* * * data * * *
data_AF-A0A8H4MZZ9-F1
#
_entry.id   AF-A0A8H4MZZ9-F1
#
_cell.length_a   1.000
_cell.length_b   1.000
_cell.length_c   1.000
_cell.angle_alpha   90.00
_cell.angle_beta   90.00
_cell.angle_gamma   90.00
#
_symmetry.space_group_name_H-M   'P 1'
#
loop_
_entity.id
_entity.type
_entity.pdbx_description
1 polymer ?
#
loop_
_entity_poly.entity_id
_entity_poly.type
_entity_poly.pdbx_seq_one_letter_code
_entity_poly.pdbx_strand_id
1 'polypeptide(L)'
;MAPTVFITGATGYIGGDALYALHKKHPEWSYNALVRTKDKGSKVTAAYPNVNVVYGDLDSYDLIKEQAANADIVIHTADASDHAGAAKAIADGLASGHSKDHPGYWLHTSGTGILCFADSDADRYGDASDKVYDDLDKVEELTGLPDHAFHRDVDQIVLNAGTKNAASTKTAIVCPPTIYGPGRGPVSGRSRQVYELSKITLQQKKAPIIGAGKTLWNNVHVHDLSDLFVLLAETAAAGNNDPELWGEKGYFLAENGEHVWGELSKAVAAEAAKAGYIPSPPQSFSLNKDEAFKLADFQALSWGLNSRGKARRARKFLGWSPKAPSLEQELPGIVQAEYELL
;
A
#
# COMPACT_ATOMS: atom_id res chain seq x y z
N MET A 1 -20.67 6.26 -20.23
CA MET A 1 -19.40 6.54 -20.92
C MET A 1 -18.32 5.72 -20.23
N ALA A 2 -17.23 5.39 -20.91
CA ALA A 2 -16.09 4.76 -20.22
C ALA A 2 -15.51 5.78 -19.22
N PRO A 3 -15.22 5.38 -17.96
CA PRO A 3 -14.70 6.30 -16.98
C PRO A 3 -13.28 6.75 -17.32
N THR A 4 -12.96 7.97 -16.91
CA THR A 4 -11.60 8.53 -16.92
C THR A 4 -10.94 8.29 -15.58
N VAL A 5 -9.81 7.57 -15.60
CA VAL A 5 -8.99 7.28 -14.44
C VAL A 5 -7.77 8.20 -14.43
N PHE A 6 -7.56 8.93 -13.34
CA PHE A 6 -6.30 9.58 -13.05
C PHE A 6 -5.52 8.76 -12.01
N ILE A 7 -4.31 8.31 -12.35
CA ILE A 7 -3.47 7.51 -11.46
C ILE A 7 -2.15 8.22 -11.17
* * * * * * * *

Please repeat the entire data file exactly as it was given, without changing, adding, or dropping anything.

data_AF-A0A8H4MZZ9-F1
#
_entry.id   AF-A0A8H4MZZ9-F1
#
_cell.length_a   1.000
_cell.length_b   1.000
_cell.length_c   1.000
_cell.angle_alpha   90.00
_cell.angle_beta   90.00
_cell.angle_gamma   90.00
#
_symmetry.space_group_name_H-M   'P 1'
#
loop_
_entity.id
_entity.type
_entity.pdbx_description
1 polymer ?
#
loop_
_entity_poly.entity_id
_entity_poly.type
_entity_poly.pdbx_seq_one_letter_code
_entity_poly.pdbx_strand_id
1 'polypeptide(L)'
;MAPTVFITGATGYIGGDALYALHKKHPEWSYNALVRTKDKGSKVTAAYPNVNVVYGDLDSYDLIKEQAANADIVIHTADASDHAGAAKAIADGLASGHSKDHPGYWLHTSGTGILCFADSDADRYGDASDKVYDDLDKVEELTGLPDHAFHRDVDQIVLNAGTKNAASTKTAIVCPPTIYGPGRGPVSGRSRQVYELSKITLQQKKAPIIGAGKTLWNNVHVHDLSDLFVLLAETAAAGNNDPELWGEKGYFLAENGEHVWGELSKAVAAEAAKAGYIPSPPQSFSLNKDEAFKLADFQALSWGLNSRGKARRARKFLGWSPKAPSLEQELPGIVQAEYELL
;
A
#
# COMPACT_ATOMS: atom_id res chain seq x y z
N MET A 1 -20.67 6.26 -20.23
CA MET A 1 -19.40 6.54 -20.92
C MET A 1 -18.32 5.72 -20.23
N ALA A 2 -17.23 5.39 -20.91
CA ALA A 2 -16.09 4.76 -20.22
C ALA A 2 -15.51 5.78 -19.22
N PRO A 3 -15.22 5.38 -17.96
CA PRO A 3 -14.70 6.30 -16.98
C PRO A 3 -13.28 6.75 -17.32
N THR A 4 -12.96 7.97 -16.91
CA THR A 4 -11.60 8.53 -16.92
C THR A 4 -10.94 8.29 -15.58
N VAL A 5 -9.81 7.57 -15.60
CA VAL A 5 -8.99 7.28 -14.44
C VAL A 5 -7.77 8.20 -14.43
N PHE A 6 -7.56 8.93 -13.34
CA PHE A 6 -6.30 9.58 -13.05
C PHE A 6 -5.52 8.76 -12.01
N ILE A 7 -4.31 8.31 -12.35
CA ILE A 7 -3.47 7.51 -11.46
C ILE A 7 -2.15 8.22 -11.17